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Nihon Rinsho. 1997 Aug;55(8):2067-74.

[Angiotensin-converting enzyme inhibitors: recent therapeutic aspect].

[Article in Japanese]

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Second Department of Internal Medicine, Yokohama City University.


Angiotensin-converting enzyme (ACE) inhibitors now have an accepted place in the treatment of hypertension and congestive heart failure. With the discovery and development of captopril, several other ACE inhibitors have been synthesized and introduced for clinical use. All ACE inhibitors bind to zinc ions located in the active site of the ACE molecule. ACE inhibitors can be classified according to the ligand of the zinc ion of ACE, into 3 different structural types: (1) the first type such as captopril has a sulphhydryl moiety as the ligand; (2) the second type such as enalapril uses a carboxyl moiety as the ligand; (3) the third type such as fosinopril uses neither a sulphhydryl nor carboxyl group, but a phosphinic acid as the zinc binding moiety. ACE inhibitors can also be classified according to the excretion route of their active moiety, into 2 different excretion route types:(1) excreated mainly through the kidney such as captopril, enalaprilat, lisinopril, benazeprilat, imdaprilat, trandraprilat, etc.; (2) excreated both in the bile and urine such as fosinoprilat, temocaprilat, zofenoprilat etc. ACE inhibitors have clinically beneficial effects not only for patients with either hypertension or congestive heart failure, but also can be used to prevent the progression of renal dysfunction induced by hypertension and diabetes mellitus.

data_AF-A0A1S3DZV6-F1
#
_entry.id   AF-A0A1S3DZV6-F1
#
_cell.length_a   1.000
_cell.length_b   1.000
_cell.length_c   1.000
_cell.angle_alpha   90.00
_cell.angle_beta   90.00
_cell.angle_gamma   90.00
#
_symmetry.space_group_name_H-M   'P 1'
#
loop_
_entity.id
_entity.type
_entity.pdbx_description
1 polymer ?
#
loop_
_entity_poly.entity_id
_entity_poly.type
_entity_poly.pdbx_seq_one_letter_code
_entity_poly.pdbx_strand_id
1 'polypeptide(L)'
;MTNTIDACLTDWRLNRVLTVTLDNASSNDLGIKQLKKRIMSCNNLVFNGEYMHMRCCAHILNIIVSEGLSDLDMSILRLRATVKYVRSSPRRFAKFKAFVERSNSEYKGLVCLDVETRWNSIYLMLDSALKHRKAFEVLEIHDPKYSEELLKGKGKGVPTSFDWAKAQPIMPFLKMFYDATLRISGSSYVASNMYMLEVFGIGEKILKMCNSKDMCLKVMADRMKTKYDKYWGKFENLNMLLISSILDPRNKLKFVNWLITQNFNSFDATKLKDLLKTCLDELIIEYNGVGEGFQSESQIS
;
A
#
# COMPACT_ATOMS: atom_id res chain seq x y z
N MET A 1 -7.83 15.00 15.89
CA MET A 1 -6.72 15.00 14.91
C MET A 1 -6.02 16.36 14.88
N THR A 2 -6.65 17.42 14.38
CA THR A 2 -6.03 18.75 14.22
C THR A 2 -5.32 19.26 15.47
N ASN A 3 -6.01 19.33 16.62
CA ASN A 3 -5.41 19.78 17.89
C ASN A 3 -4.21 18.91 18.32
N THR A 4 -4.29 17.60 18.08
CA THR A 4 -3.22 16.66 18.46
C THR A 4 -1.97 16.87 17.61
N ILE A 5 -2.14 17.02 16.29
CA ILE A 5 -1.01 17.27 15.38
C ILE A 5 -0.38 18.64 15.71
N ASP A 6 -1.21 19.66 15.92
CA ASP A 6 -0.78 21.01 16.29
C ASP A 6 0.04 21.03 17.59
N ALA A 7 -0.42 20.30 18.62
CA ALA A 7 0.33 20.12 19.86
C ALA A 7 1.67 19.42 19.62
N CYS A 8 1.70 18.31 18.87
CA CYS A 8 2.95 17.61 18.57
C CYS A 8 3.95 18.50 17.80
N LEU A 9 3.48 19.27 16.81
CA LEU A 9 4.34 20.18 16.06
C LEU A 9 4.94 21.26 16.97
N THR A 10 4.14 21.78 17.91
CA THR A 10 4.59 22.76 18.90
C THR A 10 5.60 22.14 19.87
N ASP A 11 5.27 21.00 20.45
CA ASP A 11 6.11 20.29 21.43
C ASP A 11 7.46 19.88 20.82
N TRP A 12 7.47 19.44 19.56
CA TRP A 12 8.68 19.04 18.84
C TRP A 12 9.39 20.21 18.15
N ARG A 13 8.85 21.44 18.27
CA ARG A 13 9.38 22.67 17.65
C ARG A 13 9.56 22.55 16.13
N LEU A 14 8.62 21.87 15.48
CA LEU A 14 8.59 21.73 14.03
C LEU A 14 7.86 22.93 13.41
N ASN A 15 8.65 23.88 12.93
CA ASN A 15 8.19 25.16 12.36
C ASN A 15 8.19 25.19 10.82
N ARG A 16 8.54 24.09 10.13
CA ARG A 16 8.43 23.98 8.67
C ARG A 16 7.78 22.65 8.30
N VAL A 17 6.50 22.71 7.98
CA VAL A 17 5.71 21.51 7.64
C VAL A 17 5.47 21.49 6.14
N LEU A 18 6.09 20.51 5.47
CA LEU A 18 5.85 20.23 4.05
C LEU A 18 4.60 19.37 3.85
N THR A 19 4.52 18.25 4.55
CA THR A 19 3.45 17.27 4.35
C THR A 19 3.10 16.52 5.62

[Indexed for MEDLINE]

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